A woman in her 60’s who was a resident of the City of Desoto. She had been critically ill in an area hospital and had underlying high risk health conditions.

A man in his 70’s who was a resident of the City of Mesquite. He had been critically ill in an area hospital and had underlying high risk health conditions.

A woman in her 70’s who was a resident of the City of Dallas. She had been critically ill in an area hospital and had underlying high risk health conditions.

A woman in her 70’s who was a resident of a long-term care facility in the City of Mesquite. She had been critically ill in an area hospital and had underlying high risk health conditions.

A woman in her 70’s who was a resident of the City or Dallas. She had been critically ill in an area hospital and had underlying high risk health conditions.

A man in his 70’s who was a resident of the City of DeSoto. He had been critically ill in an area hospital and had underlying high risk health conditions.

A woman in her 70’s who was a resident of the City of Dallas. She had been critically ill in an area hospital and had underlying high risk health conditions.

A woman in her 70’s who was a resident of the City of Dallas. She had been critically ill in an area hospital and had underlying high risk health conditions.

A man in his 70’s who was a resident of the City of Dallas. He had been critically ill in an area hospital and had underlying high risk health conditions.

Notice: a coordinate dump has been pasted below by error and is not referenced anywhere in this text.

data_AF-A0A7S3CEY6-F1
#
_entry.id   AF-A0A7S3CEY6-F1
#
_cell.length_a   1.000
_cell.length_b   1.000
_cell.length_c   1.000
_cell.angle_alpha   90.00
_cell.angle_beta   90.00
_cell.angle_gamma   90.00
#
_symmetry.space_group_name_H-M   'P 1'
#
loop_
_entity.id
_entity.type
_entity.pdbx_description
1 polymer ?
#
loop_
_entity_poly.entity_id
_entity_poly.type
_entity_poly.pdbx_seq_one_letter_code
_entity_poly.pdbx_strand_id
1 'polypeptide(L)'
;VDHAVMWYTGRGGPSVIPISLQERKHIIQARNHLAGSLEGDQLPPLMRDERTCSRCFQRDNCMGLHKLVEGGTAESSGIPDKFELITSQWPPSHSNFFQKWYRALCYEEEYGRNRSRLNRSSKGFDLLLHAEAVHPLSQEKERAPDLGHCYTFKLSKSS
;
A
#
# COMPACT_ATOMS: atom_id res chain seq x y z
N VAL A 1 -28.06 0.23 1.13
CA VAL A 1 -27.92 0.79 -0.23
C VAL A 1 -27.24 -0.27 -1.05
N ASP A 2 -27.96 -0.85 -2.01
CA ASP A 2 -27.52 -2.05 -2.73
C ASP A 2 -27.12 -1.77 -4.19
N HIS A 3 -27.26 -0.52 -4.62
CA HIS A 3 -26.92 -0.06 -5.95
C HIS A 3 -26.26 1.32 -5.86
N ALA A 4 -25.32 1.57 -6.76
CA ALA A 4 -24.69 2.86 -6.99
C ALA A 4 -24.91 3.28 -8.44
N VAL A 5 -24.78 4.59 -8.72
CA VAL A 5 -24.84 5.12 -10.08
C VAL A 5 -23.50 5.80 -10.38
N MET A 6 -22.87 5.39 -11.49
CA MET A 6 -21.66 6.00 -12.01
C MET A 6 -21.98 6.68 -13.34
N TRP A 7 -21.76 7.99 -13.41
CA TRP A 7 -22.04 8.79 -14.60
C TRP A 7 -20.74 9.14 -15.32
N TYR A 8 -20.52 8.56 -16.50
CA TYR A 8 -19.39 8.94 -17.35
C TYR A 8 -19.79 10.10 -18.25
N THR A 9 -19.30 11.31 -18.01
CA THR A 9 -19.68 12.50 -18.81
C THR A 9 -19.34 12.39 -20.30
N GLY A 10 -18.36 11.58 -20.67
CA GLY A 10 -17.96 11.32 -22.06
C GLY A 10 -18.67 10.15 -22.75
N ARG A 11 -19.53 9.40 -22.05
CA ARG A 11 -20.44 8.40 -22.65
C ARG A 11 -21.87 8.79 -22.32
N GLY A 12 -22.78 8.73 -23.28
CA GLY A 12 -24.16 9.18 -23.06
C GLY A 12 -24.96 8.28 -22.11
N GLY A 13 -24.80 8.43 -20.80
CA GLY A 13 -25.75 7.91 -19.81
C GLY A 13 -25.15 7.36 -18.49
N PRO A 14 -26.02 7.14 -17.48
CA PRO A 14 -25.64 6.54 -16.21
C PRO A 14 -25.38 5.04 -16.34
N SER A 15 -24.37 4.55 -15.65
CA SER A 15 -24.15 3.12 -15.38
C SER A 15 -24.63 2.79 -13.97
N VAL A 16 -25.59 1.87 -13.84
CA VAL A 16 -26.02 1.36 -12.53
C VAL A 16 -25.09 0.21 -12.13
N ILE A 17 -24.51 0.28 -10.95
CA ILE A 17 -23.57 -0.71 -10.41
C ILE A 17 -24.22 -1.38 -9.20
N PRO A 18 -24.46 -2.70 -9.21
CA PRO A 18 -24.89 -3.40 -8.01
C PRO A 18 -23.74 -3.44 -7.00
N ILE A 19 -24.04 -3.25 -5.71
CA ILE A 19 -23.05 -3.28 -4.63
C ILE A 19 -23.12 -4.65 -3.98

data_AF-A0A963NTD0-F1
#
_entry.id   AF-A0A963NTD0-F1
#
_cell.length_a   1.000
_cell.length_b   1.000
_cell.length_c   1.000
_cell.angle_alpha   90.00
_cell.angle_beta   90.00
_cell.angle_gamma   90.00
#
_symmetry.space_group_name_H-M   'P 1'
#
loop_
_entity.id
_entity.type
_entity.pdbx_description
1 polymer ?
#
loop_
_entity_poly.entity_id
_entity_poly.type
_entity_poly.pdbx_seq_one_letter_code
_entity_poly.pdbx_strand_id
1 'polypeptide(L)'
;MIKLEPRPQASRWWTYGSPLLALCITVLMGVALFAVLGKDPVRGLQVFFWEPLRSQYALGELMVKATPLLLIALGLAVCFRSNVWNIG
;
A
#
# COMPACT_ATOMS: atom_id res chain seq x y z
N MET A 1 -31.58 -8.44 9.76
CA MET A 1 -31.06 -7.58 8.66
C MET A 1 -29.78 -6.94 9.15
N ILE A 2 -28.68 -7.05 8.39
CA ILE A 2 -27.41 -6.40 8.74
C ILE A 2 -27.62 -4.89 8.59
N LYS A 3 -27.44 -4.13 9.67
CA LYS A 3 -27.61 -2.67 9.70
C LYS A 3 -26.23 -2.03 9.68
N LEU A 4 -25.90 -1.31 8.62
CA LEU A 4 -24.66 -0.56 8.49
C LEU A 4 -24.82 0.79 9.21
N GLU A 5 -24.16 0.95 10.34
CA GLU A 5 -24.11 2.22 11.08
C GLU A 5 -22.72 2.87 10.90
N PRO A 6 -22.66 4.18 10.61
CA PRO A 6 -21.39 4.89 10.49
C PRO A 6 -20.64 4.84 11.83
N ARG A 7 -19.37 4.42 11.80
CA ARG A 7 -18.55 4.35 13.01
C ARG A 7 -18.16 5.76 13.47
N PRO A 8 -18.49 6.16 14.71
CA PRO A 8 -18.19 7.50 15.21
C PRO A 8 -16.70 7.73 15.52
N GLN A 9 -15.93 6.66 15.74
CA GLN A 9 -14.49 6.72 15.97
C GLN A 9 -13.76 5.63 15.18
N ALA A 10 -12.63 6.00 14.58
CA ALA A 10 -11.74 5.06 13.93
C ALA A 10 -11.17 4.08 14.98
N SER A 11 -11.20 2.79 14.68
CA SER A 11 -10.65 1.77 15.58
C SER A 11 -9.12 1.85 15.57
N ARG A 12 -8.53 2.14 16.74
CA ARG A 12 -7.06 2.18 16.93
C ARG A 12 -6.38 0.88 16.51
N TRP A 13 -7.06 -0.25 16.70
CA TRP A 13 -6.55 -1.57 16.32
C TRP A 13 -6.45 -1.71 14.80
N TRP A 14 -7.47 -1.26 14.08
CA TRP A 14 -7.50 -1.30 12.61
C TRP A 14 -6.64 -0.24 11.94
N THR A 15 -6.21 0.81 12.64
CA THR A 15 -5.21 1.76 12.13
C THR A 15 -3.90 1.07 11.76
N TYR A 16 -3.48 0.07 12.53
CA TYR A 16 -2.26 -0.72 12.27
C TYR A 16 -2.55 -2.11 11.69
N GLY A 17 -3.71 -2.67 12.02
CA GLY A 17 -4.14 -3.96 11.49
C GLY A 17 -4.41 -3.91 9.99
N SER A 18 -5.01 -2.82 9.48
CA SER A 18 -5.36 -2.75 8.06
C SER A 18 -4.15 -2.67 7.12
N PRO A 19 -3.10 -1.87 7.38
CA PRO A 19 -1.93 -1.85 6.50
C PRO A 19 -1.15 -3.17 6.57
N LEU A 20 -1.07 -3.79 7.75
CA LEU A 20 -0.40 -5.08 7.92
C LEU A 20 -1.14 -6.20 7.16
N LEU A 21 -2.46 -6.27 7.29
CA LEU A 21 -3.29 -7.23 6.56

A man in his 70’s who was a resident of the City of Sachse. He had been critically ill in an area hospital and did not have underlying high risk health conditions.

A man in his 70’s who was a resident of the City of Duncanville. He had been critically ill in an area hospital and had underlying high risk health conditions.

A man in his 70’s who was a resident of a long-term care facility in the City of Dallas. He had been critically ill in an area hospital and did not have underlying high risk health conditions.

A woman in her 70’s who was a resident of the City of Dallas. She had been critically ill in an area hospital and had underlying high risk health conditions.

A woman in her 70’s who was a resident of the City of Dallas. She had been critically ill in an area hospital and had underlying high risk health conditions.

A woman in her 70’s who was a resident of the City of Dallas. She expired in hospice and had underlying high risk health conditions.

A man in his 80’s who was a resident of a long-term care facility in the City of Mesquite. He expired in the facility and had underlying high risk health conditions.

A woman in her 80’s who was a resident of the City of Dallas. She had been critically ill in an area hospital and had underlying high risk health conditions.